Many of us include a strict no-smoking policy in our written rental agreements, stating no smoking in or around the vacation rental home. However, we have heard of some rare cases where owners have still had problems with "rotten egg" renters. Whether you found cigarette butts and packages in and around your home or your home was left smelling like tar and nicotine, you will likely be pretty upset that someone violated your rules and harmed the non-smoking environment you've tried to enforce.
Your first step in preventing this from occurring again in the future is to post the rules in your contract, your directions and inside your home or condo, along with the penalties for violating. You can also place signs within your home to remind your renters of the penalties for violating this rule if any evidence of smoking is found. For example, the Marriott places signs in their rooms touting the smoke-free zone and reminding guests of a $300 fee for smoking in their rooms.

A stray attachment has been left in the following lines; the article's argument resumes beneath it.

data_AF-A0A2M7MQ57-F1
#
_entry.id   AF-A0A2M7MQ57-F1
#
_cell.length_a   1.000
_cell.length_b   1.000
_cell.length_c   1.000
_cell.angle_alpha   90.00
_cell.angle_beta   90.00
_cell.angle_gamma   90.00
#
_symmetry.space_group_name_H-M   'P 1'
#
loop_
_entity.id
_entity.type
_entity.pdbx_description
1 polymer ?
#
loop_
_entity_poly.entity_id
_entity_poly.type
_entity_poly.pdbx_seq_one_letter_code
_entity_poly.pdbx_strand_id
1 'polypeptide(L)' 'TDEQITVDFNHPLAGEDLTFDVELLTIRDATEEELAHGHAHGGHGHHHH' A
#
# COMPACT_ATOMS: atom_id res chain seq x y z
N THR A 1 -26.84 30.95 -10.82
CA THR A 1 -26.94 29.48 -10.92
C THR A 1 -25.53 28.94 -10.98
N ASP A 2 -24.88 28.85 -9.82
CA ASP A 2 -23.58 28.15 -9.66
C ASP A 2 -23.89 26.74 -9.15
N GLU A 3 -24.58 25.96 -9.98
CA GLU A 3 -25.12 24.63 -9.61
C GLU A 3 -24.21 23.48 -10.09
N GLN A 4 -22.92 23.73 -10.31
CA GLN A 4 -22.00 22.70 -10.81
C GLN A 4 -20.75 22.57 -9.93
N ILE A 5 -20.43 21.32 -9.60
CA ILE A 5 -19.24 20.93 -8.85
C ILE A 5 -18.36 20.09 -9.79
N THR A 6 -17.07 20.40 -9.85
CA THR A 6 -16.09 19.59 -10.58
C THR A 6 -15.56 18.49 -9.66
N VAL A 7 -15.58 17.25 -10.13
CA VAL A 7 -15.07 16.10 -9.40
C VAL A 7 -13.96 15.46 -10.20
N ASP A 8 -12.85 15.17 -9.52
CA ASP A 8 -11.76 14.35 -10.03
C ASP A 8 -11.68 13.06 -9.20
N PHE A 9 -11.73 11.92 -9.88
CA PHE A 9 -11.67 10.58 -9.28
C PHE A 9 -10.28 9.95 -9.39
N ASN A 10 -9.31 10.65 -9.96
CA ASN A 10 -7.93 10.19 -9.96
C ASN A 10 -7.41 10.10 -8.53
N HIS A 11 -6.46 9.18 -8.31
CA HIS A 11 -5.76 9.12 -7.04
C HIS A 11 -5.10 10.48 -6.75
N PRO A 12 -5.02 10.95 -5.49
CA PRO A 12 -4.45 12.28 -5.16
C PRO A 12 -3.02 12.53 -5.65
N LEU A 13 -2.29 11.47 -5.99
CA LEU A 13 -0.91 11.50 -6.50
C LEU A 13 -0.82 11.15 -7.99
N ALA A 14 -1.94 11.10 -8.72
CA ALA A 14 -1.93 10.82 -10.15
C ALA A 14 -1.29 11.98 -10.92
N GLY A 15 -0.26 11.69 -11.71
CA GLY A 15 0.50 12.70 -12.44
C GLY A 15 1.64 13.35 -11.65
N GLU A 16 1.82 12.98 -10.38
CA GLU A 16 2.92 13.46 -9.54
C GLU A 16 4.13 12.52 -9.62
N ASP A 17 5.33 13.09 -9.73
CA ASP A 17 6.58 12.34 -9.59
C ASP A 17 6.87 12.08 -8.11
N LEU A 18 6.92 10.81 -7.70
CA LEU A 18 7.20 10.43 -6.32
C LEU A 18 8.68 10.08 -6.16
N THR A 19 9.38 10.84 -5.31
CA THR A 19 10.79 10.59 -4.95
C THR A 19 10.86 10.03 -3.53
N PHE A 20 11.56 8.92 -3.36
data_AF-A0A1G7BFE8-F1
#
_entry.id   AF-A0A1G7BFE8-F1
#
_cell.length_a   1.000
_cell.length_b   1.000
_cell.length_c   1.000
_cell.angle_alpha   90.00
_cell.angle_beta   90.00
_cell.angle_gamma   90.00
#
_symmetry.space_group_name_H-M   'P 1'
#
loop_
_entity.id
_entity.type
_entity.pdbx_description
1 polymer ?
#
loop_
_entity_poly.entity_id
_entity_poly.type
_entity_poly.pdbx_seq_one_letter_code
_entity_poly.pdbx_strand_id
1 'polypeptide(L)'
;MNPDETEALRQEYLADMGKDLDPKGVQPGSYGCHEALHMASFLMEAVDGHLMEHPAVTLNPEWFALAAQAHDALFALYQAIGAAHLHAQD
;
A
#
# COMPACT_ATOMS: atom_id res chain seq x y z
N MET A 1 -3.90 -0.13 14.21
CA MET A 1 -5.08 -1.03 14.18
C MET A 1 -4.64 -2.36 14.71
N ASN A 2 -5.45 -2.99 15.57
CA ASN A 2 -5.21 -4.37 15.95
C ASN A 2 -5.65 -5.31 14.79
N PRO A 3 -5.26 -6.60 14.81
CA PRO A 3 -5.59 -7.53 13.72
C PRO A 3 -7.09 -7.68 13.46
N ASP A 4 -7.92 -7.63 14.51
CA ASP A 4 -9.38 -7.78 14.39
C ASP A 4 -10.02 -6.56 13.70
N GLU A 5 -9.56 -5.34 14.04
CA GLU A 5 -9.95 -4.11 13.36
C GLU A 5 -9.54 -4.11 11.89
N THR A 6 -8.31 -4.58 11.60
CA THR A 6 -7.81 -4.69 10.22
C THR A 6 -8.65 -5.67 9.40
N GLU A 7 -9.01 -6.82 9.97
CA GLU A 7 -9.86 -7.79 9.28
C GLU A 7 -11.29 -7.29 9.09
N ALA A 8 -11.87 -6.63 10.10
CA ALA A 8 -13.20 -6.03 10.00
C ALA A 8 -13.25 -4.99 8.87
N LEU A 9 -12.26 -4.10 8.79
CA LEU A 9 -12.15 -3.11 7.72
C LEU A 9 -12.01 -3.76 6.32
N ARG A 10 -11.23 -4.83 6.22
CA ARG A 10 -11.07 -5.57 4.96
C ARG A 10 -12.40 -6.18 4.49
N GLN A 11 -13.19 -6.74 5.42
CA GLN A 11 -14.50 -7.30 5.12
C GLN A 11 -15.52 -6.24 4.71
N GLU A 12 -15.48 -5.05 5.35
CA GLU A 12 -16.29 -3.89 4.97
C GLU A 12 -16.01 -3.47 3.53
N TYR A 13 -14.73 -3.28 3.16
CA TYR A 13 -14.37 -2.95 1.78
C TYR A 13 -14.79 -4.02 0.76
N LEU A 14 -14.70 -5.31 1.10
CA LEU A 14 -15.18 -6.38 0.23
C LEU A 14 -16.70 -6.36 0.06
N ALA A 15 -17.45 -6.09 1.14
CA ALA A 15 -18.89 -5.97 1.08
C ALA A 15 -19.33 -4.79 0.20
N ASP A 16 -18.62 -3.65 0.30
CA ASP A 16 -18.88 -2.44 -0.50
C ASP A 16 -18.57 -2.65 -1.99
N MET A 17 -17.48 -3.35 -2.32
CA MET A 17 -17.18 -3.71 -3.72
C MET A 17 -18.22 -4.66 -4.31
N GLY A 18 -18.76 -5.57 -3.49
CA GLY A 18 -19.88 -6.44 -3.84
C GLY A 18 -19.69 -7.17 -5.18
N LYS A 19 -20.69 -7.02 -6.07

On the other hand, it's probably a bit extreme (and difficult to police) to not allow people to smoke outside your home. If you truly wish to stop people from smoking outside, though, you must be sure to tell them in all forms of your communications including via the phone.
As far as keeping any portion of the damage/security deposit, you can only keep the amount that it costs you to clean the property. So, if it costs $200 to steam clean the carpets and upholstery and $100 for your housekeeper's time, you can only keep $300 of your renters' security deposit.
Because the rules for security deposits in most states have very strict guidelines, you might consider imposing a fine instead. To help prevent future occurrences, you can stipulate in your rental agreement that a $200 fine (or whatever amount you deem reasonable) will be charged to the renters if there is any evidence of smoking inside or outside of the property.
© Copyright Christine Karpinski 2007